I will never be the same as I was before. I see things differently than some of my friends ever will at the age of 20. Sometimes I envy my friends for getting to have their fathers in their lives and getting to experience new things with them. They get to have their fathers at their college graduation, have them walk them down the aisle, be there for their firstborn child and meet their grandchildren. There are so many things as a girl that you want your father to be around for, and I envy anyone who gets to experience that because I lost my chance. I cherished every last moment I had with my dad and tried to make the best of it.
In July 2014, I received the scariest phone call of my life while I was at work. My mom called and told me that my father had had a stroke and they were rushing him to the emergency room. I rushed out of work and met them at the hospital. By the time I arrived there they were preparing to take him back to surgery. We got a few minutes to tell him how much we loved him and then sent him off. After they took him back, the doctor came in and told us what they were going to do and the risks with this surgery. After we talked to the doctor they took us to the ICU waiting room and we waited for what felt like HOURS. Finally, a nurse took us back to see my dad. The surgery had gone well, but he would not be able to respond to us because he was sedated so as not to pull out his breathing tube.
My dad began to recover very fast. He moved from ICU to IMU to a rehab facility to regain his strength before he would be able to come home. Three weeks after his stroke he was released from the rehab facility to come home. It was such a good feeling to see him progress so fast and be able to gain most of his strength back and see him walking again and just happy to be home.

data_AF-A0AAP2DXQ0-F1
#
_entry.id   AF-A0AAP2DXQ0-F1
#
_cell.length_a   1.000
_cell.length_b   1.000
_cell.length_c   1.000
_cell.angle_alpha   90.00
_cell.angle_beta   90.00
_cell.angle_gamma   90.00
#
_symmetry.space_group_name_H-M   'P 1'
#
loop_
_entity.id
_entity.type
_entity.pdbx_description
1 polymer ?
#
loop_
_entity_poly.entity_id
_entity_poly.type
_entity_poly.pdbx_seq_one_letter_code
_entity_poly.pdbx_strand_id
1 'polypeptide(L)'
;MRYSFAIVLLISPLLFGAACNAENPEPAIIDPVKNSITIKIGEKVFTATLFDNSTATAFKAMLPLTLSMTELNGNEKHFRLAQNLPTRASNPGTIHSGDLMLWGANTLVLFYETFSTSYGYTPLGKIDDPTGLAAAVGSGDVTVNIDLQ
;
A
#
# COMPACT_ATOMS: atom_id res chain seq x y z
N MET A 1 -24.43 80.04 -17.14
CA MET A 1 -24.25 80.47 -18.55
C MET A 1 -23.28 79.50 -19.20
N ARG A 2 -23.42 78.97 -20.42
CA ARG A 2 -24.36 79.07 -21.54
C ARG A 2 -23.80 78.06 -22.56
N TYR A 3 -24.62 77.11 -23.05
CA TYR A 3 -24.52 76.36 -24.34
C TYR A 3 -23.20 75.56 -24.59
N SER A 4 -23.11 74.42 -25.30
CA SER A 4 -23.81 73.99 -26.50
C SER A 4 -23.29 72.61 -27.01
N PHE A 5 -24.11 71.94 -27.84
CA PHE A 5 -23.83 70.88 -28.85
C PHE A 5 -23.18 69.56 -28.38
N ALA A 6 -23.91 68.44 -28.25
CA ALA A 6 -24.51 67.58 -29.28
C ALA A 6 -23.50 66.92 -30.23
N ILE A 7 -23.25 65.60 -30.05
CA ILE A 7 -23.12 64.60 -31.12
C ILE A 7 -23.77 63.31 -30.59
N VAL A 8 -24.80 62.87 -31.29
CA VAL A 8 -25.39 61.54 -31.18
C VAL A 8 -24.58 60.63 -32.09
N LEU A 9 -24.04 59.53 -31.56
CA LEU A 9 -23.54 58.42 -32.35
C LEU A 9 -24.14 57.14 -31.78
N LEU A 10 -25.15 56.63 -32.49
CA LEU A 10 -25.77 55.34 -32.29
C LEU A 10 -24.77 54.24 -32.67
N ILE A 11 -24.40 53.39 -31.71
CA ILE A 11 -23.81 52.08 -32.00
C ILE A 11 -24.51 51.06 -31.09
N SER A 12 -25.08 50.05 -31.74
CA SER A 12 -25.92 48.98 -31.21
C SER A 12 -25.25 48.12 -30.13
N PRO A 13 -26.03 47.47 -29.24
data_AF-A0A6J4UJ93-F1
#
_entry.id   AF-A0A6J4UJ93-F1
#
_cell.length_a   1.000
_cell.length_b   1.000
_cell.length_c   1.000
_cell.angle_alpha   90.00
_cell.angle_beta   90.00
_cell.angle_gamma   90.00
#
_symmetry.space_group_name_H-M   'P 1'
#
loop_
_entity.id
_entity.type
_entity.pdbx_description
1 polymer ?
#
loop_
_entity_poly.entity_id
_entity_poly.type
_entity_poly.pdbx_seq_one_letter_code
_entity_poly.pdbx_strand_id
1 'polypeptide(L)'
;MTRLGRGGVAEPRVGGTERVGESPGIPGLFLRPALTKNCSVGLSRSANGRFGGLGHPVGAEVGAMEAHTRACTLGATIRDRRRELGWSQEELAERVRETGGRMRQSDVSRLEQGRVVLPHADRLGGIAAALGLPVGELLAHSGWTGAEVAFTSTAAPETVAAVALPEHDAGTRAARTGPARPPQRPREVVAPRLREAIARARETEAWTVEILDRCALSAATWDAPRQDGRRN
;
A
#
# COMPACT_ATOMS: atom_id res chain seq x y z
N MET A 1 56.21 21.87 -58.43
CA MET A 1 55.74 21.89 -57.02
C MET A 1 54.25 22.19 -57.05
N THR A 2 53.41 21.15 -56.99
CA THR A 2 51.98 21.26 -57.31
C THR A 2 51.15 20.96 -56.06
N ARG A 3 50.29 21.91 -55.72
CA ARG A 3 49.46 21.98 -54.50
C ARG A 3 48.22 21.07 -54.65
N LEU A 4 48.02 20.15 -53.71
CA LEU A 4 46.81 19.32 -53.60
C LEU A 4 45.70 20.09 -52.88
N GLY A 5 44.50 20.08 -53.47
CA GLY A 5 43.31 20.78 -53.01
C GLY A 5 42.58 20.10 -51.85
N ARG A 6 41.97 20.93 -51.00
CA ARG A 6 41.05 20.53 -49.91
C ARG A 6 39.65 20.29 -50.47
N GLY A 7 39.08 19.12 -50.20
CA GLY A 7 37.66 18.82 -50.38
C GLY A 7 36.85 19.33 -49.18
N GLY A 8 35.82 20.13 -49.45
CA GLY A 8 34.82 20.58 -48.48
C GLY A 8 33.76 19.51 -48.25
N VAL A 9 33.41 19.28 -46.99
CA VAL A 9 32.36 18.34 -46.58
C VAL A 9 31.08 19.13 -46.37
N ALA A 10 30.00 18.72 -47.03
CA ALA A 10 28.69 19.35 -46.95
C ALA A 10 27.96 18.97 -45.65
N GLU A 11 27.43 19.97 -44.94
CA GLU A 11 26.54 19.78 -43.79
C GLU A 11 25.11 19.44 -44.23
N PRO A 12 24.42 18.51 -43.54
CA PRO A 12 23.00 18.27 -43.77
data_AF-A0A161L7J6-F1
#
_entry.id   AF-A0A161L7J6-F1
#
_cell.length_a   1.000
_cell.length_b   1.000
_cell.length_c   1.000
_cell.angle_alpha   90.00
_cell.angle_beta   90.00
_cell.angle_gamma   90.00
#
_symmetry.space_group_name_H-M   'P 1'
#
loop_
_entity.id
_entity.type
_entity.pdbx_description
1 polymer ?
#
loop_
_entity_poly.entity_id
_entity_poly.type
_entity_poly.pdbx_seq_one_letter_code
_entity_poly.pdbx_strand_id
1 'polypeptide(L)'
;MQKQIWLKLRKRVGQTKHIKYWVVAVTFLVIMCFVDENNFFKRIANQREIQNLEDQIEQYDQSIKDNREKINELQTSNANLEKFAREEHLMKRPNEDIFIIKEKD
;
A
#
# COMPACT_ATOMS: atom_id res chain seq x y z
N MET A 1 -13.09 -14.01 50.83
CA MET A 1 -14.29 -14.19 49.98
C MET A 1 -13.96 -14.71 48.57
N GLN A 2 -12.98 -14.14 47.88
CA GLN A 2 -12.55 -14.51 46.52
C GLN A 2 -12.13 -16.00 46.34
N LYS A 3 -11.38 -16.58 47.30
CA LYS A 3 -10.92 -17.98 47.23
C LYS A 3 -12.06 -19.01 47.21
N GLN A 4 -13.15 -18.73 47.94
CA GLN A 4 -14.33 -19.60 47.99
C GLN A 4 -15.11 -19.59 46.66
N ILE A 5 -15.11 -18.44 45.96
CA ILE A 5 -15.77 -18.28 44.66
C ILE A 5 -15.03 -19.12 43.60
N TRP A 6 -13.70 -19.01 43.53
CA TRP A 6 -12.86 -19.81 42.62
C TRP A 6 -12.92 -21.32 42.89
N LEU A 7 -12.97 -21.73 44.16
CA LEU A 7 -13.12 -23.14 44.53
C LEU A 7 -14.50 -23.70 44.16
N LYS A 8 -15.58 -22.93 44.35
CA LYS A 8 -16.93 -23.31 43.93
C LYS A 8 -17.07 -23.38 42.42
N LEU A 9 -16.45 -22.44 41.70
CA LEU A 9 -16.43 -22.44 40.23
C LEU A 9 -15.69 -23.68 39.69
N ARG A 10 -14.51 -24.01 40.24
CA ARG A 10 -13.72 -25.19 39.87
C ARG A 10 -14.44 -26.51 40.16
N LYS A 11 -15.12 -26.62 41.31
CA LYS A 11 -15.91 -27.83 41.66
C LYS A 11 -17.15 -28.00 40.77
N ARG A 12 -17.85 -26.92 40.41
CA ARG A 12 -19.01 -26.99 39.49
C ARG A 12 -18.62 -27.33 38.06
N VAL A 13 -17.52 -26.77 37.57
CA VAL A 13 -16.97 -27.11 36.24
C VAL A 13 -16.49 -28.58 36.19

But, little less than a month after his stroke, in August, my dad began to decline very quickly. We did not have any idea what was going on so we rushed him to the emergency room to run tests and to do another CAT scan of his brain. Once in the ER, it felt like forever for the test results. The doctor finally came in and told us they had found a tumor in his brain on the CAT scan and they wanted to do a biopsy to see if it was cancerous. The following morning we were back in the ICU waiting room once again waiting for the surgery to be done. We thought it would take a short amount of time, but it was much longer than we thought. When the doctor finally came in, he told us the biopsy showed the tumor was cancerous. They had removed as much of the tumor as they could, it was Glioblastoma multiforme (GBMbrain cancer). I was in total shock and extremely upset. The only thing going through my head was “This could not be happening, everything was just fine. He doesn’t deserve this!”
After finding out my dad had brain cancer, my entire life changed. I was now juggling school and helping to take care of my dad. We found out this cancer is terminal, one of the most aggressive cancers there is and the median survival is only about 15 months. We decided to do the standard of treatment which was radiation and chemo for six weeks. After doing the standard of treatment, we had to wait about a month to do another cat scan to see if the tumor had shrunk. At this next CAT scan, we found out that chemo and radiation did not work and that a new tumor had grown. More devastating news that we did not want to hear. My dad started to decline quickly and I decided that I could no longer continue school and take care of my dad. I decided that being with my dad was more important than school, so I dropped my classes and focused on being with my dad and making the most of what time I had left with him.
About eight months after his diagnosis in March 2015, my father lost his battle to this awful monster. I got to spend his last Christmas, Thanksgiving, New Years’, and every other holiday right by his side and I am glad that I made that decision to be right there with him. That semester was one of the hardest semesters I ever had to go through, but it was a little bit easier to have so much love and support from family and friends. This fall I decided it was time to go back to school. I know that is what my dad would want me to do. I miss him every day.
Chandler, CareBOX Program Intern